10 March, 2013
People are often surprised at how long it can take to finalise someone's financial affairs after death. However, if you consider that it has taken someone a lifetime to accumulate, it is perhaps understandable that it will take time to deal with everything correctly.
Probate is the term used to describe the process of sorting out someone's affairs after they have died. It involves the executors (where someone has left a will) or administrators (where there is no will) gathering together information about finances and assets, dealing with tax, both income tax and inheritance tax, collecting in or disposing of those assets and then distributing the estate to the people entitled to inherit (the beneficiaries).
Whilst this may sound simple on paper, in reality an executor can encounter many situations which delay the winding up of the estate. Some common issues include locating the Will, finding beneficiaries named in the Will, clearing and selling a property, missing share certificates or policy documents, obtaining valuations of assets, dealing with questions and queries raised by the Revenue and raising funds to pay inheritance tax. In more complex cases, it could be that there are problems with the wording of the Will making it difficult to be sure who is to receive what or there may be questions raised about whether the Will is valid or whether it makes enough provision for dependent relatives. Until these issues are resolved, the estate cannot be wound up.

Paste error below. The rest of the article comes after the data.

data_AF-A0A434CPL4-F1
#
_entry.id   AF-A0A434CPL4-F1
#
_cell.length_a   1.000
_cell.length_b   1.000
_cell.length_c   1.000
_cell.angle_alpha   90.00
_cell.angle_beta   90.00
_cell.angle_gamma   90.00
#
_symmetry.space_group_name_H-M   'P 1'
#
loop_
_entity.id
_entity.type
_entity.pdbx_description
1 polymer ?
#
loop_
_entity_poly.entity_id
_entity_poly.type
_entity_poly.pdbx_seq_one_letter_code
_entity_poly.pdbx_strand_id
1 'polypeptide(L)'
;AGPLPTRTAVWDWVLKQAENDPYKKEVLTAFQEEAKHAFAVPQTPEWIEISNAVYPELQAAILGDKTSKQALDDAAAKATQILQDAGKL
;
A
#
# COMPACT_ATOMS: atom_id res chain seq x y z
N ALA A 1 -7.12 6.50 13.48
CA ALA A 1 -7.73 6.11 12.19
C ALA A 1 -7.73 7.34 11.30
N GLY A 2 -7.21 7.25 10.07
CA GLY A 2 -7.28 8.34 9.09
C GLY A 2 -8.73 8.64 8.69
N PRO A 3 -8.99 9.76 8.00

Executors are also obliged to identify and settle debts and liabilities before money is distributed to beneficiaries. One way that executors can ensure that they have traced all debts is to place special notices in the press to advertise for creditors. Placing these notices protects the executors from personal liability if they distribute the estate and a debt later comes to light. However, the executors must give at least two months for creditors to come forward which can cause delay.
Most estates can be dealt with within 12 months and often payments can be made to beneficiaries much sooner than that. If executors take timely advice or employ a professional to assist them it can avoid the problems which cause delay and give peace of mind for everyone involved.
If you are involved in the administration of the estate and need some practical advice or assistance, please contact our Probate team on 01772 220022.
Appointments can be made for our Preston, Blackburn, Chorley and Accrington offices.